The Ottawa Herald from Ottawa, Kansas on February 15, 1963 · Page 6
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The Ottawa Herald from Ottawa, Kansas · Page 6

Ottawa, Kansas
Issue Date:
Friday, February 15, 1963
Page 6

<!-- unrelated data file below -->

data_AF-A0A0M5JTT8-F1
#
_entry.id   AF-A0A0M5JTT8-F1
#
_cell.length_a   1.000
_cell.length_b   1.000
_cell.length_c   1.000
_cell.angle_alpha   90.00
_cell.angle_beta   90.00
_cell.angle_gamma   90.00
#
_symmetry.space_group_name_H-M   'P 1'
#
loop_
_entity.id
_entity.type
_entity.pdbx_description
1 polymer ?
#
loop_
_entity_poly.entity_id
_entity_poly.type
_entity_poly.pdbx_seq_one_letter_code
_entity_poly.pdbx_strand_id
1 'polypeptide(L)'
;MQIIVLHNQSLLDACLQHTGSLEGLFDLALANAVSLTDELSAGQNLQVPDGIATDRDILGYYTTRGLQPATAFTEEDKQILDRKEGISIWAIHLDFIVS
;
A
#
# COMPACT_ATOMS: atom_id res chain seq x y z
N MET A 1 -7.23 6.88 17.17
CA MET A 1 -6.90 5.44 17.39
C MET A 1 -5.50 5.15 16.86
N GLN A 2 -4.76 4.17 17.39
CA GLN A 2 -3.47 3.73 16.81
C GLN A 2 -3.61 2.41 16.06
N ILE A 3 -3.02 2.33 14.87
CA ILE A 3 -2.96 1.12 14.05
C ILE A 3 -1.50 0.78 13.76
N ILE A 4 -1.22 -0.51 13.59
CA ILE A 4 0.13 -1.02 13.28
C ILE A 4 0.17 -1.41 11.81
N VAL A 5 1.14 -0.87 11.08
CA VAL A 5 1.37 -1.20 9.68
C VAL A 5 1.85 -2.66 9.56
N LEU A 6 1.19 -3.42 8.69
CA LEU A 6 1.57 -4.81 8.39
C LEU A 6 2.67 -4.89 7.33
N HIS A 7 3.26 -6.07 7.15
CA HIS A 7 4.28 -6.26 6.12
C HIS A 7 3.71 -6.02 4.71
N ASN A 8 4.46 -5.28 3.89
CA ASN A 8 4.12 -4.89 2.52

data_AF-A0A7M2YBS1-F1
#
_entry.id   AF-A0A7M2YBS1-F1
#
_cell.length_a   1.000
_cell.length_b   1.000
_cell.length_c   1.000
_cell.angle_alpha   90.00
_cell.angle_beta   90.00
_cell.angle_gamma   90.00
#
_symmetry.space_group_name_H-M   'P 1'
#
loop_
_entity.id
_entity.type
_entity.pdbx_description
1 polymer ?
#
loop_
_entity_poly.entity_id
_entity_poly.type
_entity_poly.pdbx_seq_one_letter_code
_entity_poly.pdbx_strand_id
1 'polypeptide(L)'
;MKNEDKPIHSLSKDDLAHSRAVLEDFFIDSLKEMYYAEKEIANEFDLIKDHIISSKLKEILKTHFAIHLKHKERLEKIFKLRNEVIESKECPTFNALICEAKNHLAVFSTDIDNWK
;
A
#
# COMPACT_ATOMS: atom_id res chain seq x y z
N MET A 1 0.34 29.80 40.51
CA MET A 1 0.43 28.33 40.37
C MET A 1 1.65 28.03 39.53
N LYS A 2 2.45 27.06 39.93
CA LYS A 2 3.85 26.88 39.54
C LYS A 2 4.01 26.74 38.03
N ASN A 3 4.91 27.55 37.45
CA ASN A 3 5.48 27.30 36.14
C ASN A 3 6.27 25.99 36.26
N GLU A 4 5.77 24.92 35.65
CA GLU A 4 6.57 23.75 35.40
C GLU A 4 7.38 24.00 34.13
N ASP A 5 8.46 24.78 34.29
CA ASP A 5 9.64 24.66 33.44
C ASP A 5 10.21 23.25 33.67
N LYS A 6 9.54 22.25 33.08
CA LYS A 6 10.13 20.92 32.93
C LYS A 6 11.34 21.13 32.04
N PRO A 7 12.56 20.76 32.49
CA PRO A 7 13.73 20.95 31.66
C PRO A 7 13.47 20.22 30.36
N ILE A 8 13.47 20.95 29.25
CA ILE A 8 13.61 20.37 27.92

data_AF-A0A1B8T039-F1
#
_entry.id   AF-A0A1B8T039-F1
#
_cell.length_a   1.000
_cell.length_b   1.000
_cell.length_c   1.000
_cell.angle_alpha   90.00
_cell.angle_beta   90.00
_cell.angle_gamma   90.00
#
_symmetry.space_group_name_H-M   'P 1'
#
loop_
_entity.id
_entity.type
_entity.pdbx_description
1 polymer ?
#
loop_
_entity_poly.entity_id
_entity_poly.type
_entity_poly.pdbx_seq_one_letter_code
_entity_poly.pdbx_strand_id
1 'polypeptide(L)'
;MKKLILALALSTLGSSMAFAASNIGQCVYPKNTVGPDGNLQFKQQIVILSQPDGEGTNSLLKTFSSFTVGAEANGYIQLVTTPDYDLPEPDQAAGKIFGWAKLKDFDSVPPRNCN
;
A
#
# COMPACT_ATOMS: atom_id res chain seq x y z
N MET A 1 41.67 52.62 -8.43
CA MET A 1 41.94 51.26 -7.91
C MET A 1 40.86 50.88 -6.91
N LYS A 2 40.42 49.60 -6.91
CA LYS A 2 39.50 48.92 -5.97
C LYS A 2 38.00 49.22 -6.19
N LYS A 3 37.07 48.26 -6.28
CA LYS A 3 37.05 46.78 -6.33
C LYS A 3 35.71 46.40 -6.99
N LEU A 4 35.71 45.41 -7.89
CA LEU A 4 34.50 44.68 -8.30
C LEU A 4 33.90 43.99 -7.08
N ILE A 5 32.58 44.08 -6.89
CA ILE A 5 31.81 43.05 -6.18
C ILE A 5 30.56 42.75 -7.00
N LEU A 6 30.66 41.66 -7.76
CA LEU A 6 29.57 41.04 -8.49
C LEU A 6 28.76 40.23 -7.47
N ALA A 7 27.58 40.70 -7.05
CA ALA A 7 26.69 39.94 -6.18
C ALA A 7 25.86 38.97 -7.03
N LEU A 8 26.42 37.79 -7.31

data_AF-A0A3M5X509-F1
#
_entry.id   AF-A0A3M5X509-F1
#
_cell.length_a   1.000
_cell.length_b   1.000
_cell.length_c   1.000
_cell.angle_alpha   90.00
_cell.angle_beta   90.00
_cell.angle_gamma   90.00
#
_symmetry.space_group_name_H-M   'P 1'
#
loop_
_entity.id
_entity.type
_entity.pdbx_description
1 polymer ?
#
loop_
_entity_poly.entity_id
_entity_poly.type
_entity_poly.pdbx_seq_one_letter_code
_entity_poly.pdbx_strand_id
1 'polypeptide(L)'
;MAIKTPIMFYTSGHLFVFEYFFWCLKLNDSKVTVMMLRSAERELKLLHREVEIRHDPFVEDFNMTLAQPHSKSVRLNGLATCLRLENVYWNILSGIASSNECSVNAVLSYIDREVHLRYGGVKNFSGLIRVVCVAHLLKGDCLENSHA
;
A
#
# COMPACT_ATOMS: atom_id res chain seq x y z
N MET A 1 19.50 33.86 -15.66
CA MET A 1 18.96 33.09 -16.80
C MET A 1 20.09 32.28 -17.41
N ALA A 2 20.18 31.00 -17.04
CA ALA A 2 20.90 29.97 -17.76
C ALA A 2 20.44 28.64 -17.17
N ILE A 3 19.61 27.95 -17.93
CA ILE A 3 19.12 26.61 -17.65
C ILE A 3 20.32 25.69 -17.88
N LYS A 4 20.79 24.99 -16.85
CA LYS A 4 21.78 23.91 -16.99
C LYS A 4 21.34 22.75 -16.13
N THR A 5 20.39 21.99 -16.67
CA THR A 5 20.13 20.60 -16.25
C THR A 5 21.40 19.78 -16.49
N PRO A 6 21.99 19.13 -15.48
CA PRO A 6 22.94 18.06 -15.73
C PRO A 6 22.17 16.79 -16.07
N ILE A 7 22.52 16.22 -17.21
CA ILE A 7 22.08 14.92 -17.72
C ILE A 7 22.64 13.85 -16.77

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THE OTTAWA HERALD Friday, February 15, 196S MR. AND MRS. STANLEY RAGLE AUSEMUS Clinton-Ausemus Vows Exchanged Before an altar background of lighted tapers, palms and baskets of white chrysanthemums and gladioli, Eleanor Kathleen Clinton and Stanley Ragle Ausemus exchanged marriage vows at 4 p.m. Feb. 9 in the First Methodist Church, Dodge City. The bride and groom were met at the altar by the Rev. Oren F. McClure, district superintendent of the Dodge City District of the Methodist Church, and the Rev. Gordon L. Morris, associate pastor of the First Methodist Church, who, in turn, read the opening statements of the marriage ritual. After the bride's father, the Rev. John J. Clinton, had given his daughter in marriage, J. Jarrett Clinton, the bride's brother, read the Love Chapter from First Corinthians, then the bride's father heard the exchange of vows. The bride's gown of brocaded satin featured an off-shoulder neckline and molded bodice with long tapered sleeves, trimmed with satin covered buttons. The simple lines of the skirt front ended in a bow trimmed semi- bustle back which extended into a short train. Her finger tip veil was held by a jeweled tiara. She carried a cascade corsage of sweetheart roses and ivy. Mrs. J. Jarrett Clinton, Jr. of Kansas City, Kansas, was matron of honor; Wanda Tindall, of Kansas City, Kas., and Mrs. Michael T. Mills McPherson, Kas. were bridesmaids. All the bride's attendants wore street length dresses fashioned in deep rose Italian velveteen, with matching net : circlet hats with velveteen trim, and they carried cascade corsages of frenched pink carnations. Barbara Low, Tulsa, Okla., and Sally Liggett, Ottawa, lighted the tapers. They wore similar gowns with pink carnation wrist corsages and carried white tapers decorated with sweetheart roses and ivy. Kay Eakui, Lamed, niece of the groom, was guest book attendant. A classmate of the groom, Michael T. Mills, served as best man. Groomsmen were: James Pantle, Harveyville; and L. DeWitt Clinton, Dodge City, brother of the bride. The ushers were the groom's cousin, Edwin Eakin, Burdett; and his brother-in- law, Leon Hollingsworth, New- ion. A young nephew of the groom, Michael Lewis, Lamed, was ring bearer, and a niece, Lucin- |da Hollingsworth, Newton, served as flower girl. The mother of the bride chose a gold-lined sheath of blue lace featuring an over-blouse and skirt of aqua chiffon, with color- matched accessories. The bridegroom's mother wore an afternoon dress of light blue sheer wool with spring rose accessories. Both mothers wore corsages of pin carnations and sweetheart roses. Immediately following the ceremony, the young couple and their parents, the Rev. and Mrs John J. Clinton, and Mr. and Mrs. Lloyd A. Ausemus, Madison, received guests at a reception in the church parlor. Mrs. Leon Hollingsworth, Newton, Kansas, sister of the groom, Mrs. Dwight Eakin, Larned; and Mrs. Elmer Ausemus, St. Paul, Minn., aunts of the groom, assisted by the bride's attendants, served at the wedding cake and punch bowl. These were given assistance by a Circle of the Woman's Society of Christian Service and young girls from the Methodist Youth Fellowship. The bride chose a going away ensemble of gold braid trimmed white wool with eggshell accessories and a corsage of sweetheart roses. At present the couple's address is 1316 Mass. St., Apt. D, Lawrence. After the groom's June graduation from the University of Kansas School of Law, they will live in Madison. Ann Landers Don't Criticize Another's Home Dear Ann Landers: Is it in good taste to have all sorts of religious art on display in every room of the house? I'm engaged to a young man whose religion is the same as mine. Whenever I go to his home (he lives with his parents) I feel as if I'm in a church There are dozens of religious pictures on t h e walls, statues Honor Vera Goodman Marcia Cudworth WMS Circle of First Baptist Church honored Miss Vera Goodman with a dinner Tuesday evening at Mrs. Sherwin Snyder's home, and presented her with a large silver tray as farewell gift. Miss Goodman, director of education for the church for the past eight years, has accepted a smililar position in Prairie Village Baptist Church. Mrs. Hester Lortscher was co- hostess. The tables were decorated with candles and flowers. Mrs. James Allen presided at the business session following the dinner. Mrs. Emory McKenzie read an original poem, "Vera." and Mrs. Walter Price gave the devotional topic, "Going," reading from the book of Proverbs. Miss Goodman gave the program topic, "Depth Bible Study." Last Call. . . For The BIG SHOE SALE! Men's - Women's - Children's SHOES SALE ENDS SAT.. 5 P.M. We Are Now Showing. .. Complete Selection. .. NEW SPRING '43 STYLES Come In.. . .See 'Em Richardson's Shoe Store S. Main in every corner and even the crocheted doilies have biblical sayings on them. I've always Ann felt that religion is sacred and highly personal. This gross over- display makes me uncomfortable. I've discussed my feelings with my fiance and he says he has never given it a thought because he grew up in the house and is accustomed to it. May I have your views on this?—PATRICIA Dear Pat: There is good art and bad art. Regardless of the subject, bad art does nothing for a room. A home is the reflection of the people who live in it. Your taste, obviously, is not the same as your future mother-in-law's. But you ought not to criticize her home. When you have a place of your own, decorate it as you wish. Dear Ann Landers: A friend of my husband has taken up with a tramp. I will call the man Mr. Jer. The man's wife has had a difficult time being both mother and father to their children. She has the respect and sympathy of everyone who knows her. Mr. Jerk, is not only my husband's friend he is a good client. My husband feels that for both reasons we should continue to be hospitable to him. At first I agreed, on the theory that what he does with his life is his own business. But last week my husband told me that Mr. Jerk invited us to join his girl friend and him on a short trip to the Keys. I refuse to go because I don't want to be in the tramp's company. My husband says I am naive, adolescent and narrowy-mind- ed. Am I7-SPEAKING MY PIECE Dear Speaking: By accepting the invitation you give tacit approval to the whole shabby affair — as if it were just peachy. Mr. Jerk has a right to live as he pleases, but if he chooses to behave in a scandalous manner he should not' be surprised when he gets the name with the game. If your husband wishes to keep Mr. Jerk's friendship for business reasons he can take the guy to lunch. Dear Ann Landers: That letter from the happily married career girl knocked me off my pins. She must be some kind of a nut or something. I can't imagine a single girl not being delighted that her friends and relatives are thoughtfully trying to fix her up with eligible men. It should only happen to me. My friends and relatives think of me only when the baby sitter folds out, or when they need some one to go to the hospital with them. Sometimes they think of me when they need a little errand run, because I have a car and "nothing to do evenings." Most single girls put up a cheerful front because they have too much pride to let the world know they are wretched and lonely. I'll bet my red flannel nightgown that nine out of ten "deliriously happy" carrcr girls would pitch it all if they had the chance. I would - EMPTY EXISTENCE Dear Empty: Some married women have an "empty existence," too., The grass isn't always greener, you know. Sometimes it just looks that way. It may be that your personality is better suited for the single life — so cheer up. Are your parents too strict? You can benefit from the experiences of thousands of teenagers if you write for Ann Landers' booklet, "How To Live With Your Parents," enclosing with your request 20 cents in coin and a long, self-addressed, stamped envelope. Ann Landers will be glad to help you with your problems. Send them to her in care of this newspaper enclosing a stamped, self- addressed envelope. Plan Spring Rush Season Plans were discussed for the spring rush season at the Wednesday evening meeting of Omicron Chapter, Beta Sigma Phi. Mrs. Charles Anderson, vice president and pledge chairman, announced there will be a pledge training meeting next evening at Mrs. Edward Pence's home. The social committee headed by Mrs. Gardner Campbell planned the entertainment which was dubs bridge. Mrs. Tom Toulouse had high score and Mrs. Joe Karleskint low. Mrs. Don McKelvey, city council representative, announced that only four booths are left for reservation at the annual Antique Show to be held in June. Beverly Hjorth told of Valentine gifts given the chapter's "little sisters." Mrs. Bill Bbucek, hostess, served refreshments from a table decorated in a Valentine theme. Among those present was Mrs. Claude Webb, sponsor. The Baby Has Been Named At Ransom Memorial Hospital: The son born Feb. 9 to Mr. and Mrs. William Sherman Whiteman, 841 Ash, has been named Terry Wayne. He weighed 11 Ib. The daughter born Feb. 12 to Mr. and Mrs. Clyde Eugene Cri qui, 128 S. Cedar, has been named Penny Ann. She weighed 10 Ib., 5 oz. PLAN AUGUST VOWS - Mr. and Mrs. Herbert Johnson, Williamsburg, announce the engagement of their daughter, Lila, to Chris Reekie, son of Mr. and Mrs. Bill Reekie, also of Williamsburg. Both Miss Johnson and Mr. Reekie are attending Kansas State Teachers College, Emporia. An August weeding is being planned. (Beller Photo) Will Observe Anniversay Plans were made at the meeting last evening of Ottawa Memorial Auxiliary No. 5901, VFW, to celebrate the 17th anniversary with a potluck supper and party Sunday in the club hall. A donation of $3.65 was voted to the Ransom Memorial Hospital Auxiliary for associate membership. Plans were made to serve a dinner soon for VA Hospital patients, and to hold a sewing bee and potluck Feb. 20 with Mrs. George Sherman. A penny drill netted $2.48. The department president's message for February was read. It was reported that Mrs. Chester Louderback and Mrs. James McCleary bought 13 large and seven small rugs on a recent trip to Wadsworth VA Hospital. Birthdays of Mrs. Louderback and Mrs. Glen Hardesty were observed. Mr. and Mrs. McCleary and Mr. and Mrs. Louderback served refreshments. PKK-UP PROTEIN PICK-UP Give your dog go-go-go with Strongheart Dog Food. It's protein, powered Real Meat. Cooked in the can; the nourishment's sealed in. A Complete Line Of PRATT & LAMBERT Paints and Varnishes NUZMAN LUMBER 113 E. 1st CH 2-1572 LAST CHANCE To SAVE At DOUGLAS BROS. Big Removal Sale! We Have Too Much Merchandise to move to our new location at... 113 So. Main BUY NOW and SAVE! Engagement Announced Mrs. Leta Holzapfcl, 216 S. Cedar, has received announcement of the engagement of her niece, Judith Ann Shepard, Topeka, to Lt. Richard E. Alderman, son of Mr. and Mrs. Arthur R. Alderman, Burlington, Conn. Miss Shepard is a graduate of Highland Park High School and attended Garks Business School. She is employed by the Savings Bond and Mortgage Co. She is the daughter of Mr. and Mrs. Lee D. Shepard. Mr. Shepard is a twin brother of Mrs. Hoi- zapfel. , Mr. Alderman was graduated from the University of Connecticut with a BS degree in engineering. He is employed by the US Coast and Geodetic Survey. Seekers Class Has Meeting Seekers Sunday School class meeting Wednesday in Trinity Methodist Church was hosted by Mrs. W. F. Kitchen and Mrs. Ha Ackley. Mrs. Emile Barnes presided, Mrs. W. W. Rodgers opened the session with a prayer and Mrs. R. C. Bettge gave devotions. Members answered roll call with Valentine verses and reported 65 cards sent and 28 calls made. The class motto was given and work done on a quilt. PROMOTED — Janie Salmon, daughter of Mr. and Mrs. James Salmon, 1110 Willow, has been promoted to the position of assistant manager of Lytton Savings and Loan Co., Palo Alto, Calif. A 1959 graduate of Ottawa High School, she has been working for the firm two years and has taken night class* es in business in San Jose. Club Forecast Saturday DAB, Mrs. O. D. Weilepp Select Dairy (Home Owned) CH 2-1607 1030 N. Main Official Nationwide Consumer Testing Institute Report: PLYMOUTH WINS PERFORMANCE TEST. PLYMOUTH WINS GAS ECONOMY TEST. It happened In the second big meeting off Ford Galaxie "500", Chevrolet Impala and Plymouth Fury at Riverside, Cal.—in a "Showdown" Plymouth asked for. The cars were all V-8s, comparably equipped. And Nationwide Consumer Testing Institute was there to conduct the competition and see to it that its strict rules were followed. When It was over, Plymouth had victories in almost every performance test, plus victory In the all-important economy run. Plymouth for '63 also has the only 5-year/50,000- mile warranty* in the tough Plymouth-Ford-Chevrolet league. See your dealer. Plymouth's on the move. ZEMO-TO-SIXTV PLYMOUTH 11.99 see. CHEVROLET 13.64 sec. FORD 18.01 sec. QUARTER-MILE PLYMOUTH 18.04 sec. CHEVROLET 18.99 sec. FORD ....20.53 sec. KILOMETER RUN PLYMOUTH 33.43 sec. CHEVROLET 34.44 sec. FORD 37.59 sec. ECONOMY RUN PLYMOUTH 18.77 mpg. CHEVROLET 17.04 mpg. FORD 16.14 mpg. HILL CLIMB CHEVROLET 15.00 sec. PLYMOUTH 15.44 sec. FORD **16.00 sec. **lncomplete third heat CITY PASSING PLYMOUTH 278 ft. CHEVROLET 279 ft. FORD 305 ft. HIGHWAY PASSING PLYMOUTH 462 ft: CHEVROLET 516 ft. FORD 554 ft. EMERGENCY STOP FORD 120 ft. PLYMOUTH ««sa, 125 ft. CHEVROLET.. 133 ft. GO-STOP-PARK PLYMOUTH 2:32 min; FORD 2:44 min. CHEVROLET 2:57 min. 3'/4-MILE CLASSIC PLYMOUTH 2:51.74 min; CHEVROLET 2:55.67 min. FORD 3:04.89 min. See dealer for full details i|i Your Authorized Plymouth-Valiant Deilir'i Warranty againtt defectt In material and workmanship on 1963 care hu bean expanded to include parU replacement or repair, without charge for required parts or labor, for S years or 50,000 miles whichever comes first, on the engine block, head and Internal parts ; transmission cue and Internal parts (excluding manual clutch V torque converter, drive shaft, universal joints (excluding dust covers), rear axle and differential, and rear wheel bearinos .provided the vehicle has been serviced at reasonable intervals according to the Plymouth-Valiant Certified Car Care schedules! BOB WHITE MOTOR CO. Chrysler — Imperial — Plymouth — Valiant 118 S, Hickory, Ottawa